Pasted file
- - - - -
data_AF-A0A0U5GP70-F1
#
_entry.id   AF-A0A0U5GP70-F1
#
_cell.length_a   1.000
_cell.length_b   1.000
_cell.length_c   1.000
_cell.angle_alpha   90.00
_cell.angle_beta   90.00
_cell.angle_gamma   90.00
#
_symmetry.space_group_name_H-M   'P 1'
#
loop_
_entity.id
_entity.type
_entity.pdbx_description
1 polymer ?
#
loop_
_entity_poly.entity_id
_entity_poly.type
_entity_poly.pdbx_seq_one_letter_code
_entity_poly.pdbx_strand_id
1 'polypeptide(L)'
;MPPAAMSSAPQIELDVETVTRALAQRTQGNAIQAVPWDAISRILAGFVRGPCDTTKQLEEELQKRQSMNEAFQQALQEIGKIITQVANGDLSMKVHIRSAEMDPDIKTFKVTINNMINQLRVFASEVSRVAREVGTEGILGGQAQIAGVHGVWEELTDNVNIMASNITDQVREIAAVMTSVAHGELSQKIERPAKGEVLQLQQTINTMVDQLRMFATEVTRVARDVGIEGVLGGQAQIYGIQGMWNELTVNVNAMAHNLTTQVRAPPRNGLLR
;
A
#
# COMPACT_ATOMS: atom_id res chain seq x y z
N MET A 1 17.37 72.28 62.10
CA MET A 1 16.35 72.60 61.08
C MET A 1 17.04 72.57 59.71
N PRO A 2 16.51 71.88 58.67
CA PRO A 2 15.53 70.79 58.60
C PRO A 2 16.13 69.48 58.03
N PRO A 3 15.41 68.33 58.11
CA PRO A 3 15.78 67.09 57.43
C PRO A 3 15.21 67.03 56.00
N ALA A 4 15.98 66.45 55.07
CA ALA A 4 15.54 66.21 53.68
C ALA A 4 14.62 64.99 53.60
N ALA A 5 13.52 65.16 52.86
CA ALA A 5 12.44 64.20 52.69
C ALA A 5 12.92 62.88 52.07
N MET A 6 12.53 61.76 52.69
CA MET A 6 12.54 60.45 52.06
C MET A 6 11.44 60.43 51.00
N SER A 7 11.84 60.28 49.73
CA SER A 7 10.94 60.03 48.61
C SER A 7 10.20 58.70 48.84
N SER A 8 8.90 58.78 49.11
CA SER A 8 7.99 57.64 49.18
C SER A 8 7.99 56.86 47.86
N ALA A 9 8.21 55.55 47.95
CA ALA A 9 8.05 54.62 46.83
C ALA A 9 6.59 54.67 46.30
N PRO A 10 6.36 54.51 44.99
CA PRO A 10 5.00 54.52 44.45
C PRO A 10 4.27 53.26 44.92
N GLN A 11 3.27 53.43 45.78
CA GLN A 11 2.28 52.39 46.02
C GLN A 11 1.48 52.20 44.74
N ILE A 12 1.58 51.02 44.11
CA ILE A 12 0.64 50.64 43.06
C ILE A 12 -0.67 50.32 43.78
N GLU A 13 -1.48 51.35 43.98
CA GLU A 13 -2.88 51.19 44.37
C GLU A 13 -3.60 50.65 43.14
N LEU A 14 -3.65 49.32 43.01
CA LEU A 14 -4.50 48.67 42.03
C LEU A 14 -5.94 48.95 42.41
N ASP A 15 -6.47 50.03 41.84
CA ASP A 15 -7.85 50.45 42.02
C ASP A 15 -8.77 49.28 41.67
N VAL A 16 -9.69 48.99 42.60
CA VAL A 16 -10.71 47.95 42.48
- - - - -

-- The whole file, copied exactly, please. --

data_AF-A0A0U5GP70-F1
#
_entry.id   AF-A0A0U5GP70-F1
#
_cell.length_a   1.000
_cell.length_b   1.000
_cell.length_c   1.000
_cell.angle_alpha   90.00
_cell.angle_beta   90.00
_cell.angle_gamma   90.00
#
_symmetry.space_group_name_H-M   'P 1'
#
loop_
_entity.id
_entity.type
_entity.pdbx_description
1 polymer ?
#
loop_
_entity_poly.entity_id
_entity_poly.type
_entity_poly.pdbx_seq_one_letter_code
_entity_poly.pdbx_strand_id
1 'polypeptide(L)'
;MPPAAMSSAPQIELDVETVTRALAQRTQGNAIQAVPWDAISRILAGFVRGPCDTTKQLEEELQKRQSMNEAFQQALQEIGKIITQVANGDLSMKVHIRSAEMDPDIKTFKVTINNMINQLRVFASEVSRVAREVGTEGILGGQAQIAGVHGVWEELTDNVNIMASNITDQVREIAAVMTSVAHGELSQKIERPAKGEVLQLQQTINTMVDQLRMFATEVTRVARDVGIEGVLGGQAQIYGIQGMWNELTVNVNAMAHNLTTQVRAPPRNGLLR
;
A
#
# COMPACT_ATOMS: atom_id res chain seq x y z
N MET A 1 17.37 72.28 62.10
CA MET A 1 16.35 72.60 61.08
C MET A 1 17.04 72.57 59.71
N PRO A 2 16.51 71.88 58.67
CA PRO A 2 15.53 70.79 58.60
C PRO A 2 16.13 69.48 58.03
N PRO A 3 15.41 68.33 58.11
CA PRO A 3 15.78 67.09 57.43
C PRO A 3 15.21 67.03 56.00
N ALA A 4 15.98 66.45 55.07
CA ALA A 4 15.54 66.21 53.68
C ALA A 4 14.62 64.99 53.60
N ALA A 5 13.52 65.16 52.86
CA ALA A 5 12.44 64.20 52.69
C ALA A 5 12.92 62.88 52.07
N MET A 6 12.53 61.76 52.69
CA MET A 6 12.54 60.45 52.06
C MET A 6 11.44 60.43 51.00
N SER A 7 11.84 60.28 49.73
CA SER A 7 10.94 60.03 48.61
C SER A 7 10.20 58.70 48.84
N SER A 8 8.90 58.78 49.11
CA SER A 8 7.99 57.64 49.18
C SER A 8 7.99 56.86 47.86
N ALA A 9 8.21 55.55 47.95
CA ALA A 9 8.05 54.62 46.83
C ALA A 9 6.59 54.67 46.30
N PRO A 10 6.36 54.51 44.99
CA PRO A 10 5.00 54.52 44.45
C PRO A 10 4.27 53.26 44.92
N GLN A 11 3.27 53.43 45.78
CA GLN A 11 2.28 52.39 46.02
C GLN A 11 1.48 52.20 44.74
N ILE A 12 1.58 51.02 44.11
CA ILE A 12 0.64 50.64 43.06
C ILE A 12 -0.67 50.32 43.78
N GLU A 13 -1.48 51.35 43.98
CA GLU A 13 -2.88 51.19 44.37
C GLU A 13 -3.60 50.65 43.14
N LEU A 14 -3.65 49.32 43.01
CA LEU A 14 -4.50 48.67 42.03
C LEU A 14 -5.94 48.95 42.41
N ASP A 15 -6.47 50.03 41.84
CA ASP A 15 -7.85 50.45 42.02
C ASP A 15 -8.77 49.28 41.67
N VAL A 16 -9.69 48.99 42.60
CA VAL A 16 -10.71 47.95 42.48